But most people today don’t recognize these things exist so it feels hard to fault Orwell for not anticipating this exact form of totalitarianism.

  • Jonathan Dembo

    Is the argument supposed to be that Orwell’s objections to socialism are diminished by his anti-semitism, or is that Orwell’s objections to fascism are diminished by his anti-semitism? Or just one or the other? Are his failed predictions due to his anti-semitism or anti-socialism or anti-fascism, or all of them? Or just one of them? I think it is clear that Orwell pointed his metaphorical guns at the 20th century’s two greatest enemies to civilization: socialism and fascism. Both were anti-Semitic. He was right on both counts. He was in real personal danger. He wrote when democracy and freedom were demoralized and in retreat and under attack by both of these enemies and – when the outcome of the struggle lay in the balance – Orwell defended them. If Stalin or Hitler had won, Orwell’s life would have been forfeit. Maybe Orwell wasn’t right about everything. Maybe he had flaws like everybody I know. One flaw he didn’t have: cowardice.

  • slocklin

    I wonder how many people will remember Ben Judah in 10 years, let alone 68 years after he’s dead.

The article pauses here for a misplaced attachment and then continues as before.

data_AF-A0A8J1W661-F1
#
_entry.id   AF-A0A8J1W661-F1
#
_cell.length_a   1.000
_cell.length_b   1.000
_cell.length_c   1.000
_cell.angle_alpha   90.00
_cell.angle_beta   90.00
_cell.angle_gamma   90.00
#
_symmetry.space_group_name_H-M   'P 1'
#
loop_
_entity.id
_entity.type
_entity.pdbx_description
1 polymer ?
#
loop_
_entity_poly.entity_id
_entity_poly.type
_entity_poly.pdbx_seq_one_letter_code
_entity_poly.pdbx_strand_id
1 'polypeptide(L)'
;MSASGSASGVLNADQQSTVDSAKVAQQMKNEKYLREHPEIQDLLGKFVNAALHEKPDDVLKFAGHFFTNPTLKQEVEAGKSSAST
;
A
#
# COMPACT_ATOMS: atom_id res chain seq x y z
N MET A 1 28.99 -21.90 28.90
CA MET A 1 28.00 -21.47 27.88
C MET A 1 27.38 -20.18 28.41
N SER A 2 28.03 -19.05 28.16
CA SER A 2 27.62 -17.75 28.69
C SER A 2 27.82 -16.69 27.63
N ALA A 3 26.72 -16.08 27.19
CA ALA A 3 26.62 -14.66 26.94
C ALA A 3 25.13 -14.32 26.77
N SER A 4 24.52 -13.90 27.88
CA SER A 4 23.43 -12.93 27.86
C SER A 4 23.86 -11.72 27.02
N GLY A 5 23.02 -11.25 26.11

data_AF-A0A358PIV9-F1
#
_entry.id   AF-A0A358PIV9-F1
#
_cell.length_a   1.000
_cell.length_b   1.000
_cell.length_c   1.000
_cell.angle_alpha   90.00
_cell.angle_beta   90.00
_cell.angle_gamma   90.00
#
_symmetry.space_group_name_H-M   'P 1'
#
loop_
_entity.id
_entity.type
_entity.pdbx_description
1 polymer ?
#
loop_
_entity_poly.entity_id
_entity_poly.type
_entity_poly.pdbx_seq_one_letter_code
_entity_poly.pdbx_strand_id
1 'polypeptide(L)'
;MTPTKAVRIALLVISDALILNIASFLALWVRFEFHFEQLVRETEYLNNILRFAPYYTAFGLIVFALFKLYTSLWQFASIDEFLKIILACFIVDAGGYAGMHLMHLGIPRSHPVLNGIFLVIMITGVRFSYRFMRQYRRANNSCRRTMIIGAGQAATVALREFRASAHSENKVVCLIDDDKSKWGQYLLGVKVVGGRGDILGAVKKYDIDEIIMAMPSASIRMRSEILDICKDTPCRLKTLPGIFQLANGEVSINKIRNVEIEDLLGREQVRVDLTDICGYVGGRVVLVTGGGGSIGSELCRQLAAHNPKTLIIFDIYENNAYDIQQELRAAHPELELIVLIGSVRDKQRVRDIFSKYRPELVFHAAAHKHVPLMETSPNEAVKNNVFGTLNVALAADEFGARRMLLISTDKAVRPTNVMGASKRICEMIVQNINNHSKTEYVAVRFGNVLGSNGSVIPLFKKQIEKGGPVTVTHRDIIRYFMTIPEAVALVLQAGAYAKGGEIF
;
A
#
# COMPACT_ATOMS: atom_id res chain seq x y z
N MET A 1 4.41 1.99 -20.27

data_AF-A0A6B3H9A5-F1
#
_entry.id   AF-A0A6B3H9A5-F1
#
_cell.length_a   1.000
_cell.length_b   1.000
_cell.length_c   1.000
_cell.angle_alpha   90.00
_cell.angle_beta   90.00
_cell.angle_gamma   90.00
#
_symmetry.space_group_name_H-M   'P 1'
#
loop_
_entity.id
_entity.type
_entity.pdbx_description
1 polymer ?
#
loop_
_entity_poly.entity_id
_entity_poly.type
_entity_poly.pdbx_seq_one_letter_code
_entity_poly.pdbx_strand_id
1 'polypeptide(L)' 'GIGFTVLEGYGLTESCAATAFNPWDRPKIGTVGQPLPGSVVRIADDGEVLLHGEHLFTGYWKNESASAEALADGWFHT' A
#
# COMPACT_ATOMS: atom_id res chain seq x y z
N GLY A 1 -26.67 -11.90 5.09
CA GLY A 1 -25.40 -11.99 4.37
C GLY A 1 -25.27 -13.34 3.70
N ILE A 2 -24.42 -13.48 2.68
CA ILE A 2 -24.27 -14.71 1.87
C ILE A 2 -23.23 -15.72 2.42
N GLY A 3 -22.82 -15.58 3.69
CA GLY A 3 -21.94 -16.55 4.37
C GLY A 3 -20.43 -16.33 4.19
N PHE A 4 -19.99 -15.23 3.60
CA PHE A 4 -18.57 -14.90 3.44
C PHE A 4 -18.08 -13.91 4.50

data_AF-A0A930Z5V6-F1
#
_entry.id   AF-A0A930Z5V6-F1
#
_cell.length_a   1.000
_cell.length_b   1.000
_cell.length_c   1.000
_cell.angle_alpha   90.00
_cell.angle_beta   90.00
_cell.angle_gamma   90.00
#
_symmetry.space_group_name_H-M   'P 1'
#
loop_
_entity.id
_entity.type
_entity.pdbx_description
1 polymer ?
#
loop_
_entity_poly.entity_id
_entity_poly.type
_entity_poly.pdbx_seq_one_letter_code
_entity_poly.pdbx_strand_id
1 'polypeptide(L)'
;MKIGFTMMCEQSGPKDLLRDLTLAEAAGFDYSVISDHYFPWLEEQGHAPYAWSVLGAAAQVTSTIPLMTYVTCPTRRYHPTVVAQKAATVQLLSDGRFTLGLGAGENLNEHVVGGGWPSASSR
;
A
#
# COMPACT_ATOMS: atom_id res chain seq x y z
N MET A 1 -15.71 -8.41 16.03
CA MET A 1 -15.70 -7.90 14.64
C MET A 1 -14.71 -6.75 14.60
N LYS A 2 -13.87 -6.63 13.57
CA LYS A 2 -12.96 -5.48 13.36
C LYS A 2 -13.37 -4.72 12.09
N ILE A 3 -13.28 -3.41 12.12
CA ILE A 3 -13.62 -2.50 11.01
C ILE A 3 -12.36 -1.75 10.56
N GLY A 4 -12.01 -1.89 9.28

• Bastian Bux

    “He predicted in 1941 alone that: the British Empire would be converted into “a socialist federation of states””

    “the destruction of information”
    Russia dun did it! TRUMP RUSSIA 4EVAR!!! I SAW IT ON SNOPES

    “unlimited powers of the state . . . now miles away”
    Okay, you’re just outright trolling now. Brexit will NEVER happen without open revolution, but DO TELL about the REAL dangers facing democracy!

    “He has nothing to say about social fragmentation, financialisation, ethnic splintering, unaccountable corporations, offshore kleptocrats,”
    In case anyone missed my extreme subtlety, corporations push for more mass and unfettered immigration because they know what supply and demand means. A bigger supply of potential employees lowers their demand, and thus their value, so they get paid less. Certain politicians want exactly the same because they A: get kickbacks from the same corporations in return for favorable legislation for the corporations and B: they get a mass of new voters whom will vote for them every single election cycle. Despite all this, the progressive public are somehow convinced that mass immigration is a good thing on all counts, mainly because the electorate has somehow also made the fear of being labelled “RAYSIS” far more terrifying than the fear of all their family members being kidnapped, beaten, raped, and murdered. It’s a pure turd marriage of corruption, ignorance, and stupidty.

    “Orwell was a British McCarthyite before the hour.”
    You’re only making him seem even better with this comparison, comrade. 😉

    “Not only are Orwell’s diaries full of accusations that the Jews controlled the media”
    The people whom control the media ARE largely Jewish. This does not mean all Jews control the media, nor even a substantial minority of them. I damn sure don’t even run any AM station.

    “Orwell first published the year Hitler came to power.”

    “Today, we need fewer morally zealous political writers on all sides”
    He says in his zealous screed against the morality of George Orwell.

    “and more serious people that are honestly grappling with complexity.”